algorithms extensively to improve code performance. One
contribution of our work is the realization that these analyses
have been silently finding errors since their invention.
We wrote our redundancy checkers in the MC extensible
compiler system , which makes it easy to build systemspecific
static analyses. Our analyses do not depend on an
extensible compiler, but it does make it easier to prototype
and perform focused suppression of false positive classes.
We evaluated how effective flagging redundant operations
is at finding dangerous errors by applying the above five checkers
to three open source software projects: Linux, OpenBSD
and PostgreSQL. These are large, widely-used source code
bases (we check 3.3 million lines of them) that serve as a
known experimental base. Because they have been written by
many people, they are representative of many different coding
styles and abilities.
We expect that redundancies, even when harmless,
strongly correlate with hard errors. Our relatively uncontroversial
hypothesis is that confused or incompetent programmers
tend to make mistakes. We experimentally test this hypothesis
by taking a large database of hard Linux errors that we found
in prior work  and measure how well redundancies predict
these errors. In our experiments, files that contain redundancies
are roughly 45% to 100% more likely to have traditional hard
errors compared to those drawn by chance. This difference
holds across the different types of redundancies.
Finally, we discuss how traditional checking approaches
based on annotations or specifications can use redundancy
checks as a safety net to find missing annotations or incomplete
specifications. Such specification mistakes commonly
map to redundant operations. For example, assume we have
a specification that binds shared variables to locks. A missed
binding will likely lead to redundancies: a critical section with
no shared state and locks that protect no variables. We can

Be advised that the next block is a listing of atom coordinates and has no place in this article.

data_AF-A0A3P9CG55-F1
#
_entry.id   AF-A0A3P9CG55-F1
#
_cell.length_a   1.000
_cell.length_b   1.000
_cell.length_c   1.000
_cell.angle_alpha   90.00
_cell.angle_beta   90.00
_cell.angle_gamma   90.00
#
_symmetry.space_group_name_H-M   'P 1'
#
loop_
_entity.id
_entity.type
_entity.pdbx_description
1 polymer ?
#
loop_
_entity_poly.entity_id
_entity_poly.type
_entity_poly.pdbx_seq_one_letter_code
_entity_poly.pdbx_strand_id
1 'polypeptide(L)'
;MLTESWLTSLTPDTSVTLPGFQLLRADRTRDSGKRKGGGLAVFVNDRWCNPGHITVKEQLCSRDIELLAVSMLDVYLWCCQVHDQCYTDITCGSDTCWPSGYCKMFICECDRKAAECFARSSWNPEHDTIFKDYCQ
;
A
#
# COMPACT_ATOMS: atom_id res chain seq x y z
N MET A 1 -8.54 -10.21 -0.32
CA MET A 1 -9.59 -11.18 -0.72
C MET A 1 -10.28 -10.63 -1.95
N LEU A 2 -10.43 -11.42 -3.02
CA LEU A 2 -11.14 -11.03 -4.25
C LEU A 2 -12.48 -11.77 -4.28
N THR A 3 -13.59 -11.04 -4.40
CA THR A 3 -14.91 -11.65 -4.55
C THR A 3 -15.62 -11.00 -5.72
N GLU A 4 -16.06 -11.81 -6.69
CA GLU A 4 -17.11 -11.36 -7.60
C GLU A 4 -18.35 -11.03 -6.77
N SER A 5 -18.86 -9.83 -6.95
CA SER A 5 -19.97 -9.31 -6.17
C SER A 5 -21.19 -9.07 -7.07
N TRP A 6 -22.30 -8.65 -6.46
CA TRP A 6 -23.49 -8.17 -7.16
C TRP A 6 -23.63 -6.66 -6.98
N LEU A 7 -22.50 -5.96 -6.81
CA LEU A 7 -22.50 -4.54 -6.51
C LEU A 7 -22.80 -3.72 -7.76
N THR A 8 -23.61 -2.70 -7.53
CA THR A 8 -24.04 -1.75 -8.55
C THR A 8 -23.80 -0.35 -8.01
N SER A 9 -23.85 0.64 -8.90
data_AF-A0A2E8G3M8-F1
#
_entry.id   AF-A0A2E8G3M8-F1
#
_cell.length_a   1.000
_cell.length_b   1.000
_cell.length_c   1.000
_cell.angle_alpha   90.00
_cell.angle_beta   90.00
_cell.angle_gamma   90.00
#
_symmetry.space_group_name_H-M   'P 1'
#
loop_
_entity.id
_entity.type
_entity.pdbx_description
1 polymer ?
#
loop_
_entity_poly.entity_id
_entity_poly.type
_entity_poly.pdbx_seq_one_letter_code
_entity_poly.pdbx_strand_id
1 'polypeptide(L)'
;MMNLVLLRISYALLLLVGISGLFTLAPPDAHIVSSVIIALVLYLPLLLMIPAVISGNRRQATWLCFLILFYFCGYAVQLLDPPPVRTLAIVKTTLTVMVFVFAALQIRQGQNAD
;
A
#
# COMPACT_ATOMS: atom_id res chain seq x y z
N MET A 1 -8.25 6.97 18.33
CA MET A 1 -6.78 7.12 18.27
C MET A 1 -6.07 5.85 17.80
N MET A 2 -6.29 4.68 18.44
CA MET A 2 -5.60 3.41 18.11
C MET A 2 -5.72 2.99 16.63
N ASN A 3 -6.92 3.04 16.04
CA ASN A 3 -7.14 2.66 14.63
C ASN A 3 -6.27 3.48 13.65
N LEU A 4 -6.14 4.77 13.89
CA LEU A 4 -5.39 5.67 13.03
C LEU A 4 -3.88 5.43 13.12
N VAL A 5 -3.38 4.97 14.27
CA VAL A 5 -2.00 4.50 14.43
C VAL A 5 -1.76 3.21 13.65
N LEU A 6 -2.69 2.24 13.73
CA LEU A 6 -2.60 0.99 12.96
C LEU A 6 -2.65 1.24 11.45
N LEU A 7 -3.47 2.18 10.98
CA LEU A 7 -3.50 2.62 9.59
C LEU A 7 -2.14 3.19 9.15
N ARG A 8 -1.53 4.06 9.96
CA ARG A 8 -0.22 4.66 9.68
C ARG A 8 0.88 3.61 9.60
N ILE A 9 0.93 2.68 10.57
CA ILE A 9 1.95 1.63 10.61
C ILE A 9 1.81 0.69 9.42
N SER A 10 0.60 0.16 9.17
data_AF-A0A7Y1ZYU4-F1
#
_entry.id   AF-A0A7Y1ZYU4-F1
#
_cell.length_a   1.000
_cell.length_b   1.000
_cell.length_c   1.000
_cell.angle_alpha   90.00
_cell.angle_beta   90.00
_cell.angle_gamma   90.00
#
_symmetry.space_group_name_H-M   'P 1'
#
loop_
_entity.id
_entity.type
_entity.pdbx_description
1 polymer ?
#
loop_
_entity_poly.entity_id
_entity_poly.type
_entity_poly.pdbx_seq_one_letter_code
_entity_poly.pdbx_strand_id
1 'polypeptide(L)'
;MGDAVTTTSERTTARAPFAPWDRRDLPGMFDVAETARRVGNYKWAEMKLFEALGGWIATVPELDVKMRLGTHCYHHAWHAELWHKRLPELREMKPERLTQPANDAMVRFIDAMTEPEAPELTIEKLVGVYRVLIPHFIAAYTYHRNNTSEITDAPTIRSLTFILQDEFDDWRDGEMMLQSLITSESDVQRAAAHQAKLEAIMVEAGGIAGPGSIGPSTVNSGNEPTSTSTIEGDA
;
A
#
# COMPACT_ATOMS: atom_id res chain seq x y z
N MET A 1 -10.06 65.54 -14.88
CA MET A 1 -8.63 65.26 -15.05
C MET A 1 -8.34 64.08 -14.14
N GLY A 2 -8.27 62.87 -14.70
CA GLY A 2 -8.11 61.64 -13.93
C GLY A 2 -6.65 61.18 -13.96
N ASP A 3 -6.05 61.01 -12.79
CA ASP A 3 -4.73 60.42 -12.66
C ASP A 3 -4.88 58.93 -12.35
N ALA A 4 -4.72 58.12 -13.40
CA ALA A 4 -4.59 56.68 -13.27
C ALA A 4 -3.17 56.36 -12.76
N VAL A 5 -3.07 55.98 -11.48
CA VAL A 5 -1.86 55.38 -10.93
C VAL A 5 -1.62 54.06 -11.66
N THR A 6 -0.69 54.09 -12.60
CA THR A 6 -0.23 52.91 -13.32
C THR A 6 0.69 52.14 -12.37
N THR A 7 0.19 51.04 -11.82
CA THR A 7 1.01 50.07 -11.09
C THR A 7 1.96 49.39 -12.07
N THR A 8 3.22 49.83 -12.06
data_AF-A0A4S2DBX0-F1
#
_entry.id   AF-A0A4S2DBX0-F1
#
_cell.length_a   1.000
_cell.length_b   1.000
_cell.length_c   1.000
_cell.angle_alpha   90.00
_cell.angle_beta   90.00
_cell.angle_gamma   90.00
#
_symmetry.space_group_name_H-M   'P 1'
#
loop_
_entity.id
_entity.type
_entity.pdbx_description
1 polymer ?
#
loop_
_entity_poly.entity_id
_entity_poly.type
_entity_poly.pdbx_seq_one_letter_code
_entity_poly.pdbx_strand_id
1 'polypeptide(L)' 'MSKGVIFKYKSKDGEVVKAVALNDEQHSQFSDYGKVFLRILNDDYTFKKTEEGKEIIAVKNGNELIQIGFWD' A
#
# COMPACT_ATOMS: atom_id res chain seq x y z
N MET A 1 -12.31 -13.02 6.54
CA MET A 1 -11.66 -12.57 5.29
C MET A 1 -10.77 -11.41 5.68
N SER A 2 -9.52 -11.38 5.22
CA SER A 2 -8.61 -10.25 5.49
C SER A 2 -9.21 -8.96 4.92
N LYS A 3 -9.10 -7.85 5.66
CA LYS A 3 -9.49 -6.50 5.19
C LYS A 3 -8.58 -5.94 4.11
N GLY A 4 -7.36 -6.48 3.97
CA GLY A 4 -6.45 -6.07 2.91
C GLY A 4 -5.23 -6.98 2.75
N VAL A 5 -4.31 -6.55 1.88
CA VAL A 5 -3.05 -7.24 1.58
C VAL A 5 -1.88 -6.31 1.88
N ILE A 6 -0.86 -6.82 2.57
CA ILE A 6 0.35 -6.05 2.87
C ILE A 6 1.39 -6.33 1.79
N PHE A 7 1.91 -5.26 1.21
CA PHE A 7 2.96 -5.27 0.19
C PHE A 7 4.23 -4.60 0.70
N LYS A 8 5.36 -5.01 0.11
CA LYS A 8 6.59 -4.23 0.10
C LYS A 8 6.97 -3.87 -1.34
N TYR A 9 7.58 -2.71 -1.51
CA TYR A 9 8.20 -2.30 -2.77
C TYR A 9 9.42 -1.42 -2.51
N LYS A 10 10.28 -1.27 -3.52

flag such omissions because we know that every lock should
protect some shared variable and that every critical section
should contain some shared state.
This paper makes four contributions:
1) The idea that redundant operations, like type errors,
commonly flag serious correctness errors.
2) Experimentally validating this idea by writing and applying
five redundancy checkers to real code. The errors
found often surprised us.
3) Demonstrating that redundancies, even when harmless,
strongly correlate with the presence of traditional hard
4) Showing how redundancies provide a way to detect
dangerous specification omissions.
The main caveat with our approach is that the errors we
count might not be errors since we were examining code we
did not write. To counter this, we only diagnosed ones that
we were reasonably sure about. We have had close to three
years of experience with Linux bugs, so we have reasonable
confidence that our false positive rate of bugs that we diagnose,
while non-zero, is probably less than 5%.
In addition, some of the errors we diagnose are not
traditional “hard errors”– they by themselves would probably
not cause system crashes or security breaches. Rather, they
are nonsensical redundancies that in our opinion result in
unnecessary complexity and confusion. So the diagnosis of
these errors involve personal judgments that may not be shared
by all readers. Although they are not as serious as hard errors,
we think they should nevertheless be fixed in order to improve
program clarity and readability.
Sections II through VI present the five checkers. Section
VII measures how well these redundant errors correlate
with and predict traditional hard errors. Section VIII discusses
how to check for completeness using redundancies. Section IX
discusses related work. Finally, Section X concludes.